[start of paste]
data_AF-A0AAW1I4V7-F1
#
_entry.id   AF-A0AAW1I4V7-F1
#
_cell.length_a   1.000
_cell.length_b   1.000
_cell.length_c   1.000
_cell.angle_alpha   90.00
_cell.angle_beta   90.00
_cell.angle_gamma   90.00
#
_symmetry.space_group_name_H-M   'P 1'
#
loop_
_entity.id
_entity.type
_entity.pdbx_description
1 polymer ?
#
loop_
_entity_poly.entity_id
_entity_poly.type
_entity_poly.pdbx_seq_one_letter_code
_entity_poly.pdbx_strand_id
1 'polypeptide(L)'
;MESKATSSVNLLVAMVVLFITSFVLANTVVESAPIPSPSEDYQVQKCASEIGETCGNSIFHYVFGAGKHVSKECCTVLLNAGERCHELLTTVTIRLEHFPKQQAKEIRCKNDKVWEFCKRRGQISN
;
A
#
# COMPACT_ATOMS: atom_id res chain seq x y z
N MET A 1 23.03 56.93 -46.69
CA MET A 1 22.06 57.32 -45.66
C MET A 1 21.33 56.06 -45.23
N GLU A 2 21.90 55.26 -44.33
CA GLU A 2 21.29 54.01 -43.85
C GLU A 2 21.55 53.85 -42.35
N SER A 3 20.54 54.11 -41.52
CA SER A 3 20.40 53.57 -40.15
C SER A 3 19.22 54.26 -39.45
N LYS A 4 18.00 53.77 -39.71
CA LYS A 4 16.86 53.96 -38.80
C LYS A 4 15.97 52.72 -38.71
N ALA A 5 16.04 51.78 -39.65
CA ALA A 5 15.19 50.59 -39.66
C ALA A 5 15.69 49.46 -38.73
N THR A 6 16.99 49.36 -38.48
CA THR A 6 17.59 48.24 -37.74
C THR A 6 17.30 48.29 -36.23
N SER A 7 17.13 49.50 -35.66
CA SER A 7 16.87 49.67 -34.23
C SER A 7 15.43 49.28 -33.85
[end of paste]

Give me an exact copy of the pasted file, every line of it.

data_AF-A0AAW1I4V7-F1
#
_entry.id   AF-A0AAW1I4V7-F1
#
_cell.length_a   1.000
_cell.length_b   1.000
_cell.length_c   1.000
_cell.angle_alpha   90.00
_cell.angle_beta   90.00
_cell.angle_gamma   90.00
#
_symmetry.space_group_name_H-M   'P 1'
#
loop_
_entity.id
_entity.type
_entity.pdbx_description
1 polymer ?
#
loop_
_entity_poly.entity_id
_entity_poly.type
_entity_poly.pdbx_seq_one_letter_code
_entity_poly.pdbx_strand_id
1 'polypeptide(L)'
;MESKATSSVNLLVAMVVLFITSFVLANTVVESAPIPSPSEDYQVQKCASEIGETCGNSIFHYVFGAGKHVSKECCTVLLNAGERCHELLTTVTIRLEHFPKQQAKEIRCKNDKVWEFCKRRGQISN
;
A
#
# COMPACT_ATOMS: atom_id res chain seq x y z
N MET A 1 23.03 56.93 -46.69
CA MET A 1 22.06 57.32 -45.66
C MET A 1 21.33 56.06 -45.23
N GLU A 2 21.90 55.26 -44.33
CA GLU A 2 21.29 54.01 -43.85
C GLU A 2 21.55 53.85 -42.35
N SER A 3 20.54 54.11 -41.52
CA SER A 3 20.40 53.57 -40.15
C SER A 3 19.22 54.26 -39.45
N LYS A 4 18.00 53.77 -39.71
CA LYS A 4 16.86 53.96 -38.80
C LYS A 4 15.97 52.72 -38.71
N ALA A 5 16.04 51.78 -39.65
CA ALA A 5 15.19 50.59 -39.66
C ALA A 5 15.69 49.46 -38.73
N THR A 6 16.99 49.36 -38.48
CA THR A 6 17.59 48.24 -37.74
C THR A 6 17.30 48.29 -36.23
N SER A 7 17.13 49.50 -35.66
CA SER A 7 16.87 49.67 -34.23
C SER A 7 15.43 49.28 -33.85